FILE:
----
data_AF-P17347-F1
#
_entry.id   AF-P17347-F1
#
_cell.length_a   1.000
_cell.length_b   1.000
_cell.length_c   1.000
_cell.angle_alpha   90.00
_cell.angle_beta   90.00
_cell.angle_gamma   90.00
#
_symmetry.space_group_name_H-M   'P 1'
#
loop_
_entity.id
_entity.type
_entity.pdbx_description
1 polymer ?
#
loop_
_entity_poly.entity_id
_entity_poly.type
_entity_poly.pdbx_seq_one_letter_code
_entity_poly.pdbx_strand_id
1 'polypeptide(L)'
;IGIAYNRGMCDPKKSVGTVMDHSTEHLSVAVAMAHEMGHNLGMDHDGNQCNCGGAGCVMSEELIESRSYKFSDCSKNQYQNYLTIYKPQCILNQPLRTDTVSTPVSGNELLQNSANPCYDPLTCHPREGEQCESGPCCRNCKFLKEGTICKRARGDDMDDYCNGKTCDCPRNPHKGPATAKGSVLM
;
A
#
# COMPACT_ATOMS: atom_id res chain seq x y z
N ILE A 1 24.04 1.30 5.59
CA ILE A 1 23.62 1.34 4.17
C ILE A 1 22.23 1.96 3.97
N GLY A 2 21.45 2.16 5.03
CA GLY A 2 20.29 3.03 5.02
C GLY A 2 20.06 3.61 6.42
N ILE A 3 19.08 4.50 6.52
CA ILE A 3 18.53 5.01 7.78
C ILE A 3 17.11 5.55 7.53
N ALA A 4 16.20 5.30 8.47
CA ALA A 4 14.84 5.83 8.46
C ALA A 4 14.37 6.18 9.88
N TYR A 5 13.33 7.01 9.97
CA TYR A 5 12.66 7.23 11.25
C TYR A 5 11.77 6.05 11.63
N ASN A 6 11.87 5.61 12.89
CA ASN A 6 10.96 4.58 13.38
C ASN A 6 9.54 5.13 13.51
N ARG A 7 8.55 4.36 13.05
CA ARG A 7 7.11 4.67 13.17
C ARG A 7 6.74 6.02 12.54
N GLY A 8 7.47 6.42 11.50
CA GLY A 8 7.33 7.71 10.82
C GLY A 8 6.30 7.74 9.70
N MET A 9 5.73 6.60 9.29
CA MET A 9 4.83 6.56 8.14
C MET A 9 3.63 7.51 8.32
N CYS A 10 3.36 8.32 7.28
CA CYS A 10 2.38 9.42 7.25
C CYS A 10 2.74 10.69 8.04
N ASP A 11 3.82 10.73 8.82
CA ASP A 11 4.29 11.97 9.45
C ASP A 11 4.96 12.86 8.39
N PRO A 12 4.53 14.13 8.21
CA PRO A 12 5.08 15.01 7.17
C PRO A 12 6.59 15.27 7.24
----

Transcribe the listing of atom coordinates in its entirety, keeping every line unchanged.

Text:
data_AF-P17347-F1
#
_entry.id   AF-P17347-F1
#
_cell.length_a   1.000
_cell.length_b   1.000
_cell.length_c   1.000
_cell.angle_alpha   90.00
_cell.angle_beta   90.00
_cell.angle_gamma   90.00
#
_symmetry.space_group_name_H-M   'P 1'
#
loop_
_entity.id
_entity.type
_entity.pdbx_description
1 polymer ?
#
loop_
_entity_poly.entity_id
_entity_poly.type
_entity_poly.pdbx_seq_one_letter_code
_entity_poly.pdbx_strand_id
1 'polypeptide(L)'
;IGIAYNRGMCDPKKSVGTVMDHSTEHLSVAVAMAHEMGHNLGMDHDGNQCNCGGAGCVMSEELIESRSYKFSDCSKNQYQNYLTIYKPQCILNQPLRTDTVSTPVSGNELLQNSANPCYDPLTCHPREGEQCESGPCCRNCKFLKEGTICKRARGDDMDDYCNGKTCDCPRNPHKGPATAKGSVLM
;
A
#
# COMPACT_ATOMS: atom_id res chain seq x y z
N ILE A 1 24.04 1.30 5.59
CA ILE A 1 23.62 1.34 4.17
C ILE A 1 22.23 1.96 3.97
N GLY A 2 21.45 2.16 5.03
CA GLY A 2 20.29 3.03 5.02
C GLY A 2 20.06 3.61 6.42
N ILE A 3 19.08 4.50 6.52
CA ILE A 3 18.53 5.01 7.78
C ILE A 3 17.11 5.55 7.53
N ALA A 4 16.20 5.30 8.47
CA ALA A 4 14.84 5.83 8.46
C ALA A 4 14.37 6.18 9.88
N TYR A 5 13.33 7.01 9.97
CA TYR A 5 12.66 7.23 11.25
C TYR A 5 11.77 6.05 11.63
N ASN A 6 11.87 5.61 12.89
CA ASN A 6 10.96 4.58 13.38
C ASN A 6 9.54 5.13 13.51
N ARG A 7 8.55 4.36 13.05
CA ARG A 7 7.11 4.67 13.17
C ARG A 7 6.74 6.02 12.54
N GLY A 8 7.47 6.42 11.50
CA GLY A 8 7.33 7.71 10.82
C GLY A 8 6.30 7.74 9.70
N MET A 9 5.73 6.60 9.29
CA MET A 9 4.83 6.56 8.14
C MET A 9 3.63 7.51 8.32
N CYS A 10 3.36 8.32 7.28
CA CYS A 10 2.38 9.42 7.25
C CYS A 10 2.74 10.69 8.04
N ASP A 11 3.82 10.73 8.82
CA ASP A 11 4.29 11.97 9.45
C ASP A 11 4.96 12.86 8.39
N PRO A 12 4.53 14.13 8.21
CA PRO A 12 5.08 15.01 7.17
C PRO A 12 6.59 15.27 7.24